# xcorr

Cross-correlation

## Description

example

r = xcorr(x,y) returns the cross-correlation of two discrete-time sequences. Cross-correlation measures the similarity between a vector x and shifted (lagged) copies of a vector y as a function of the lag. If x and y have different lengths, the function appends zeros to the end of the shorter vector so it has the same length as the other.

example

r = xcorr(x) returns the autocorrelation sequence of x. If x is a matrix, then r is a matrix whose columns contain the autocorrelation and cross-correlation sequences for all combinations of the columns of x.

example

r = xcorr(___,maxlag) limits the lag range from -maxlag to maxlag for either of the previous syntaxes.

example

r = xcorr(___,scaleopt) also specifies a normalization option for the cross-correlation or autocorrelation. Any option other than 'none' (the default) requires x and y to have the same length.

example

[r,lags] = xcorr(___) also returns the lags at which the correlations are computed.

## Examples

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Create a vector x and a vector y that is equal to x shifted by 5 elements to the right. Compute and plot the estimated cross-correlation of x and y. The largest spike occurs at the lag value when the elements of x and y match exactly (-5).

n = 0:15;
x = 0.84.^n;
y = circshift(x,5);
[c,lags] = xcorr(x,y);
stem(lags,c)

Compute and plot the estimated autocorrelation of a vector x. The largest spike occurs at zero lag, when x matches itself exactly.

n = 0:15;
x = 0.84.^n;
[c,lags] = xcorr(x);
stem(lags,c)

Compute and plot the normalized cross-correlation of vectors x and y with unity peak, and specify a maximum lag of 10.

n = 0:15;
x = 0.84.^n;
y = circshift(x,5);
[c,lags] = xcorr(x,y,10,'normalized');
stem(lags,c)

## Input Arguments

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Input array, specified as a vector, matrix, or multidimensional array. If x is a multidimensional array, then xcorr operates column-wise across all dimensions and returns each autocorrelation and cross-correlation as the columns of a matrix.

Data Types: single | double
Complex Number Support: Yes

Input array, specified as a vector.

Data Types: single | double
Complex Number Support: Yes

Maximum lag, specified as an integer scalar. If you specify maxlag, the returned cross-correlation sequence ranges from -maxlag to maxlag. If you do not specify maxlag, the lag range equals 2N – 1, where N is the greater of the lengths of x and y.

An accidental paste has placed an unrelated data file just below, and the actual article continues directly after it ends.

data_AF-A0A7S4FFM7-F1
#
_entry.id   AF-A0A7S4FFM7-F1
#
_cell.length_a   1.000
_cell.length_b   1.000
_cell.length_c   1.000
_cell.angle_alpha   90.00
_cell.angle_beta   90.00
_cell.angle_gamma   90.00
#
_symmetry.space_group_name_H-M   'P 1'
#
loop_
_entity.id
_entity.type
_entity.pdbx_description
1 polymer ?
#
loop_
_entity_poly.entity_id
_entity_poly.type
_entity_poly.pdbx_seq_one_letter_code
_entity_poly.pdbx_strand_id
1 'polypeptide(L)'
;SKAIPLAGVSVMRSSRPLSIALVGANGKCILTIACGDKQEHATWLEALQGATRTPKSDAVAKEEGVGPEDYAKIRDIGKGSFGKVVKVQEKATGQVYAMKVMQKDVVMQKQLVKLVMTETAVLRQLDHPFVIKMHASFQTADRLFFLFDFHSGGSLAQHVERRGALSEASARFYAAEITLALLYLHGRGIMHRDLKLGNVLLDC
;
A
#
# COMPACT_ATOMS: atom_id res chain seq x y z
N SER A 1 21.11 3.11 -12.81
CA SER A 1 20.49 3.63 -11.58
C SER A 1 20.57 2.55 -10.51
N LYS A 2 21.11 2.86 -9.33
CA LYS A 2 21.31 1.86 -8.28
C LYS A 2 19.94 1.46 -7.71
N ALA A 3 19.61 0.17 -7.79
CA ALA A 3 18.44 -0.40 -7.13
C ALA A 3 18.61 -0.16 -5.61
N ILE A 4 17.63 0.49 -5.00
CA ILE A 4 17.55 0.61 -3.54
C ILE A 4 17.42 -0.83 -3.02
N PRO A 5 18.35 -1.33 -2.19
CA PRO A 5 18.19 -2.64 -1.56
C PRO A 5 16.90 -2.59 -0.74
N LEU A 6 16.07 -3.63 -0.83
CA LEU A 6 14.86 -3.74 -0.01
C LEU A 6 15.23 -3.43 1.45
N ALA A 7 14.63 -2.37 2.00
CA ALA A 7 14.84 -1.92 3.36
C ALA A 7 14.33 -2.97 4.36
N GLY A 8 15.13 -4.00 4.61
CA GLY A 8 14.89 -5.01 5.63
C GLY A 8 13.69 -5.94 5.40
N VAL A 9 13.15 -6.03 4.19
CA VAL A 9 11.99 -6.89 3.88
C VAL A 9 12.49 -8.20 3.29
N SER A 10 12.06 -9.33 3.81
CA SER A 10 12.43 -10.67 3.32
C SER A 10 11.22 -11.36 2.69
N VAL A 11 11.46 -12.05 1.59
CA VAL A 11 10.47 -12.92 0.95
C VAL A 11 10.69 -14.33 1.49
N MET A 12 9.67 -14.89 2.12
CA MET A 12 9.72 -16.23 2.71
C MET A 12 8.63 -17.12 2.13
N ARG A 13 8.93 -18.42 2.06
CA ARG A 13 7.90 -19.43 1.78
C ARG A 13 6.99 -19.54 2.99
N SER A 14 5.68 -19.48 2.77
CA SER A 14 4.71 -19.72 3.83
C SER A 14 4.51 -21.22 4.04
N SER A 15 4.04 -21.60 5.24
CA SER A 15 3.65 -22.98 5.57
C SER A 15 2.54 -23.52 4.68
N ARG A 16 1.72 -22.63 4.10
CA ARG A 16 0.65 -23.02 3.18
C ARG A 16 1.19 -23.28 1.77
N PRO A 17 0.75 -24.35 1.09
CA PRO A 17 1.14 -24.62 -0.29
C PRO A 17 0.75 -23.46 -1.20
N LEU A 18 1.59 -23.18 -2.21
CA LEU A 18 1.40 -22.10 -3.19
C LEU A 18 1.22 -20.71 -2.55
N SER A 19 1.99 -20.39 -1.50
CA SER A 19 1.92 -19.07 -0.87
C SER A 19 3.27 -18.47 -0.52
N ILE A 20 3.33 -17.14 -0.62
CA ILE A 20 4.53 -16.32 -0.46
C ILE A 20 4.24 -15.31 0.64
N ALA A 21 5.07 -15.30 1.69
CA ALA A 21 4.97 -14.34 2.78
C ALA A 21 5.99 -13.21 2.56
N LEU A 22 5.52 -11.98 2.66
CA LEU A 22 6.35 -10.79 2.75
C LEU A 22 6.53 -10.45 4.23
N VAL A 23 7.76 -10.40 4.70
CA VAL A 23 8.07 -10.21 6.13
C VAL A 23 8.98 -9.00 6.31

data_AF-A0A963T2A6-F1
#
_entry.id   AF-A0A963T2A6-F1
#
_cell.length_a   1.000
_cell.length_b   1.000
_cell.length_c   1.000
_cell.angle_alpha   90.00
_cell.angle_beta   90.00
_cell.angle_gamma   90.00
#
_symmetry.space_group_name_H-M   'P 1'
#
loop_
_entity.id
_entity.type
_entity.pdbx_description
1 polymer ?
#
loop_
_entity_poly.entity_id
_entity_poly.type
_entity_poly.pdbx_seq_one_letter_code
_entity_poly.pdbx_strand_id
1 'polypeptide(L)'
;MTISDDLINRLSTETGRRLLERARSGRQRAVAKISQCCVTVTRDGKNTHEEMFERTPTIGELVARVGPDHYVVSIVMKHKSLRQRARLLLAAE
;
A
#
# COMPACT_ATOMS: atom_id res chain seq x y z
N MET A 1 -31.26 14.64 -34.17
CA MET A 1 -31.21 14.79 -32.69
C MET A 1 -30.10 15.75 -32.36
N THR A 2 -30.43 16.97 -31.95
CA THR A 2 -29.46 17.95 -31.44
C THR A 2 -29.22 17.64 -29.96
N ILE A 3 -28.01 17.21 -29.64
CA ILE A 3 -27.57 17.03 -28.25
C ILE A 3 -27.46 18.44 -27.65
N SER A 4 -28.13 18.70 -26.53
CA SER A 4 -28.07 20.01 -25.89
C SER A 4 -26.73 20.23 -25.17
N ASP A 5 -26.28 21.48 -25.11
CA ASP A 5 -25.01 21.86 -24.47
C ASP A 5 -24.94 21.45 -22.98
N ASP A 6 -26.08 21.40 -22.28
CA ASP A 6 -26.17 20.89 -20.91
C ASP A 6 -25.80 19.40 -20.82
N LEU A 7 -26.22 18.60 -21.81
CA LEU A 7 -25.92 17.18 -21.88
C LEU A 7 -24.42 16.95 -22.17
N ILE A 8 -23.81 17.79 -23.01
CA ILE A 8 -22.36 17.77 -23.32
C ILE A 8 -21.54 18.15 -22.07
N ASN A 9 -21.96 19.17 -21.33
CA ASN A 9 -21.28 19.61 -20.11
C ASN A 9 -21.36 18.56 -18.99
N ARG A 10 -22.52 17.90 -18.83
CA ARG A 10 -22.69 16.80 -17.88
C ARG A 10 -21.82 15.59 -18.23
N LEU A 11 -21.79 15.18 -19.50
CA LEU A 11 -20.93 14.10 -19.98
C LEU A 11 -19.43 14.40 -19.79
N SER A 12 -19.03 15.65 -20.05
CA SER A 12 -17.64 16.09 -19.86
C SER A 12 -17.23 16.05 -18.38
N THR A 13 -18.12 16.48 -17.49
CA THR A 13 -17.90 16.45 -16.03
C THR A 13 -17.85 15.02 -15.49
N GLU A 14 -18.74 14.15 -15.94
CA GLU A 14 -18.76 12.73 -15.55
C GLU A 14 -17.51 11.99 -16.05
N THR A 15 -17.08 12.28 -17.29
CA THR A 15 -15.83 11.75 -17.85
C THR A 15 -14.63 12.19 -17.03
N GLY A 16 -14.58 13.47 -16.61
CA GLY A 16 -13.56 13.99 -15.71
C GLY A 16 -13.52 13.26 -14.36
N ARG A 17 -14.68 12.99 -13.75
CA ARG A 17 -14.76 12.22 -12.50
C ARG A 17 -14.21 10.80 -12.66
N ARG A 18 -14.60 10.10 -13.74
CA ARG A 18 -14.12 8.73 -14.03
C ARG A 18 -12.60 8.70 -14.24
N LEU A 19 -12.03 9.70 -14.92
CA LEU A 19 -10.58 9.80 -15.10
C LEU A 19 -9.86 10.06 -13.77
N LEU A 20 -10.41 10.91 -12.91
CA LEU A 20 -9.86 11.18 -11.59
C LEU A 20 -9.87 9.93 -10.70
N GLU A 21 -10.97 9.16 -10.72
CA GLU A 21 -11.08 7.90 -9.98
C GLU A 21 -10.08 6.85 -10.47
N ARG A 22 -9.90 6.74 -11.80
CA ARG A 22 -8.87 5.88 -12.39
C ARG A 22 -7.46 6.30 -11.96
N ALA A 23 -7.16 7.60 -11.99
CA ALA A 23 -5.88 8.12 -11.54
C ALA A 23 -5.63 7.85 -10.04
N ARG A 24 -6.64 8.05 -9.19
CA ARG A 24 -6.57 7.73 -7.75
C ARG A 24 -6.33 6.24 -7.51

Data Types: single | double

Normalization option, specified as one of the following.

• 'none' — Raw, unscaled cross-correlation. 'none' is the only valid option when x and y have different lengths.

• 'biased' — Biased estimate of the cross-correlation:

${\stackrel{^}{R}}_{xy,\text{biased}}\left(m\right)=\frac{1}{N}{\stackrel{^}{R}}_{xy}\left(m\right).$

• 'unbiased' — Unbiased estimate of the cross-correlation:

${\stackrel{^}{R}}_{xy,\text{unbiased}}\left(m\right)=\frac{1}{N-|m|}{\stackrel{^}{R}}_{xy}\left(m\right).$

• 'normalized' or 'coeff' — Normalizes the sequence so that the autocorrelations at zero lag equal 1:

${\stackrel{^}{R}}_{xy,\text{coeff}}\left(m\right)=\frac{1}{\sqrt{{\stackrel{^}{R}}_{xx}\left(0\right){\stackrel{^}{R}}_{yy}\left(0\right)}}{\stackrel{^}{R}}_{xy}\left(m\right).$

## Output Arguments

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Cross-correlation or autocorrelation, returned as a vector or matrix.

If x is an M × N matrix, then xcorr(x) returns a (2M – 1) × N2 matrix with the autocorrelations and cross-correlations of the columns of x. If you specify maxlag, then r has size (2 × maxlag + 1) × N2.

For example, if S has three columns, $\text{S}=\left(\begin{array}{ccc}{x}_{1}& {x}_{2}& {x}_{3}\end{array}\right)$, then the result of R = xcorr(S) is organized as

$\text{R}=\left(\begin{array}{lllllllll}{R}_{{x}_{1}{x}_{1}}\hfill & {R}_{{x}_{1}{x}_{2}}\hfill & {R}_{{x}_{1}{x}_{3}}\hfill & {R}_{{x}_{2}{x}_{1}}\hfill & {R}_{{x}_{2}{x}_{2}}\hfill & {R}_{{x}_{2}{x}_{3}}\hfill & {R}_{{x}_{3}{x}_{1}}\hfill & {R}_{{x}_{3}{x}_{2}}\hfill & {R}_{{x}_{3}{x}_{3}}\hfill \end{array}\right).$

Lag indices, returned as a vector.

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### Cross-Correlation and Autocorrelation

The result of xcorr can be interpreted as an estimate of the correlation between two random sequences or as the deterministic correlation between two deterministic signals.

The true cross-correlation sequence of two jointly stationary random processes, xn and yn, is given by

${R}_{xy}\left(m\right)=E\left\{{x}_{n+m}{y}_{n}^{*}\right\}=E\left\{{x}_{n}{y}_{n-m}^{*}\right\},$

where  < n < , the asterisk denotes complex conjugation, and E is the expected value operator. xcorr can only estimate the sequence because, in practice, only a finite segment of one realization of the infinite-length random process is available.

By default, xcorr computes raw correlations with no normalization:

${\stackrel{^}{R}}_{xy}\left(m\right)=\left\{\begin{array}{ll}\sum _{n=0}^{N-m-1}{x}_{n+m}{y}_{n}^{\ast },\hfill & m\ge 0,\hfill \\ {\stackrel{^}{R}}_{yx}^{*}\left(-m\right),\hfill & m<0.\hfill \end{array}$

The output vector, c, has elements given by

$\text{c}\left(\text{m}\right)={\stackrel{^}{R}}_{xy}\left(m-N\right),\text{ }\text{ }m=1,\text{\hspace{0.17em}}2,\dots ,2N-1.$

In general, the correlation function requires normalization to produce an accurate estimate. You can control the normalization of the correlation by using the input argument scaleopt.

## References

[1] Buck, John R., Michael M. Daniel, and Andrew C. Singer. Computer Explorations in Signals and Systems Using MATLAB®. 2nd Edition. Upper Saddle River, NJ: Prentice Hall, 2002.

[2] Stoica, Petre, and Randolph Moses. Spectral Analysis of Signals. Upper Saddle River, NJ: Prentice Hall, 2005.